The rear three-quarter is the best angle to look at the car from, especially with the design of the tail lights and chrome strip running across the width of the bootlid and into the tail lamps. The roof-mounted spoiler integrates an LED strip across its width for the stop lamp and looks good too.On the whole, the Tigor is easily the best looking sub 4-metre sedan, while a ground clearance of 170mm adds to its stance, offering a crossover-like feel visually. Difference between the petrol and diesel are the diesel’s smaller 14-inch wheels as compared to the petrol’s 15-inch ones.
Tata Tigor Interior & Space
There is a familiar feel to the interior as it is derived from the Tiago. The dashboard design is the same, though there are changes to differentiate the two. The centre console houses a 5-inch colour touchscreen and even has a reversing camera functionality. The XZ also gets automatic climate control and it is excellent at cooling the cabin, but it is a bit loud even at the lowest fan speed. The placement of the air-conditioning switches is a bit odd, as there is a lot of empty space in between. Air-conditioning vents at either end of the dashboard are colour-coded and are the same colour as the car’s exterior.
The glovebox is cooled. Clocks are the same as the Tiago’s, and are housed in the same silver-coloured pods as the Tiago. The steering wheel is the same too and so is the gear lever, though seat covers are different. The Tigor gets an additional 12V socket that sits between the front seats, next to the handbrake lever, apart from the one on the centre console next to the USB/AUX ports.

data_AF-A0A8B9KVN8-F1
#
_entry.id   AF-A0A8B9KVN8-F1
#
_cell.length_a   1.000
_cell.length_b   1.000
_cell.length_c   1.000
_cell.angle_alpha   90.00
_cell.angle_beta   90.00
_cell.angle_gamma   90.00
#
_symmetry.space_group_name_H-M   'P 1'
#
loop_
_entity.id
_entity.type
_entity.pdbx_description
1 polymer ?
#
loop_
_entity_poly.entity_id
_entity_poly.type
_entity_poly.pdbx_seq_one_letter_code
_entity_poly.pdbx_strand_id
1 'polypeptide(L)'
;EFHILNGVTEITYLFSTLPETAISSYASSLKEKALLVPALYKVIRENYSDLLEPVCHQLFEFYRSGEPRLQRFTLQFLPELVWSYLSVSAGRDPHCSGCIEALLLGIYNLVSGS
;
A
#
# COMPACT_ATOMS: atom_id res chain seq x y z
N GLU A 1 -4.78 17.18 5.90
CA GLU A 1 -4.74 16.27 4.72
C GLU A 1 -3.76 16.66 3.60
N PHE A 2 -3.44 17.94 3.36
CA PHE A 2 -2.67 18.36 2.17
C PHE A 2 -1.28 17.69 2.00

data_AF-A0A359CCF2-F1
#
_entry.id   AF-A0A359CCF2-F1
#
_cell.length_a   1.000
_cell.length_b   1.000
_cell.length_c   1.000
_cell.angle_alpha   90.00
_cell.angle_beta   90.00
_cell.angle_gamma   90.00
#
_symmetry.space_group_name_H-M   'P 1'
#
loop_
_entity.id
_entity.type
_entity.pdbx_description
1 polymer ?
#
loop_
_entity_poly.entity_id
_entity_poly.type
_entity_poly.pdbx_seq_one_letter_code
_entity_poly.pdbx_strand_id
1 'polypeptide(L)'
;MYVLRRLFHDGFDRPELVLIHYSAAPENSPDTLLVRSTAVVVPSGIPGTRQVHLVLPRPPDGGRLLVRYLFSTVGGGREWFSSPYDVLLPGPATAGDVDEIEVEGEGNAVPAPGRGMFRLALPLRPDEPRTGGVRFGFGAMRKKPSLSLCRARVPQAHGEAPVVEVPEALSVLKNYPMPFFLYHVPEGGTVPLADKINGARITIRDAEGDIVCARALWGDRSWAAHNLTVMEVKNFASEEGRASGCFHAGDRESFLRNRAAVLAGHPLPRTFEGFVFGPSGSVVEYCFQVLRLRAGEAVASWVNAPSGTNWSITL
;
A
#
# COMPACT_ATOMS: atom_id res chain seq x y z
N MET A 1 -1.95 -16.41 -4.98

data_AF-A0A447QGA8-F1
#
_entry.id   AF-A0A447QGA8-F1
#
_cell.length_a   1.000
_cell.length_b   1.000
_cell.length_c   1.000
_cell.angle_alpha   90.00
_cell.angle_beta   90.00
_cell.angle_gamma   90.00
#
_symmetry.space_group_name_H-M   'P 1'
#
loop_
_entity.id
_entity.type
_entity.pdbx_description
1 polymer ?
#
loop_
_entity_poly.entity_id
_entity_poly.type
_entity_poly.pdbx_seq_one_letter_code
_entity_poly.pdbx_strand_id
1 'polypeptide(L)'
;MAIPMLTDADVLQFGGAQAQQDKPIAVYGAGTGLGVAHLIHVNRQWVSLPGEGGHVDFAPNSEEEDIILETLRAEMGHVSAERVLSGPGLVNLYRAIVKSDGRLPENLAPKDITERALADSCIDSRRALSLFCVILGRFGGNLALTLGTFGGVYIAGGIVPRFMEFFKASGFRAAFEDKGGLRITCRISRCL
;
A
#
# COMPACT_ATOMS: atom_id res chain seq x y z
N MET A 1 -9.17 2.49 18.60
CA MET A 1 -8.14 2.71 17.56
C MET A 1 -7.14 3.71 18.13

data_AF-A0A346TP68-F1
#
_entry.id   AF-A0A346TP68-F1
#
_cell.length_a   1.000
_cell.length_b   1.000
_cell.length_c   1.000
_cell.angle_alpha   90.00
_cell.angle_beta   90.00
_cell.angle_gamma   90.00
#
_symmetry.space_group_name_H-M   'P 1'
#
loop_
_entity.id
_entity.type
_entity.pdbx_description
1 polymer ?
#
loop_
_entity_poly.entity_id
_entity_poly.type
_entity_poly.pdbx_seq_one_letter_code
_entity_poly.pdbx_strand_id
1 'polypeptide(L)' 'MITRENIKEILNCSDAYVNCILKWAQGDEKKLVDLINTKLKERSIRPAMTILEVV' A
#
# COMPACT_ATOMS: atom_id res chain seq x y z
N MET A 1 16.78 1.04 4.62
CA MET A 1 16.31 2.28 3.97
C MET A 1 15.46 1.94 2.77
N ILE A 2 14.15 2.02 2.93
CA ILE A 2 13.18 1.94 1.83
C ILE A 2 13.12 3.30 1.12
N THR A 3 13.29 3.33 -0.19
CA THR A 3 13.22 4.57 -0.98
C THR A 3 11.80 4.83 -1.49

Door panels get fabric inserts, though they could have done with some more padding, and the black colour feels dull too. The grey colour of the plastics also feels dull. There are more cubby holes to keep your phone, wallet or loose coins. The highlight of the interiors, though, is the backseat. Wheelbase is longer than the Tiago by 50mm, which has translated to more space inside, particularly rear leg and knee-room.
The seatback angle is reclined further than the Tiago, and the rear seat feels more comfortable as they stretch from pillar to pillar. The well-cushioned seats and the inclusion of a centre armrest add to the sense of comfort. At 5 feet 11 inches tall, and even with the driving seat set to my requirements, there was good knee-room for me at the back, which is very impressive in a sub 4-metre car. Headroom at the rear is good though, and the seat is wide enough to seat three reasonably sized adults. Check for Tata Tigor in bpas.in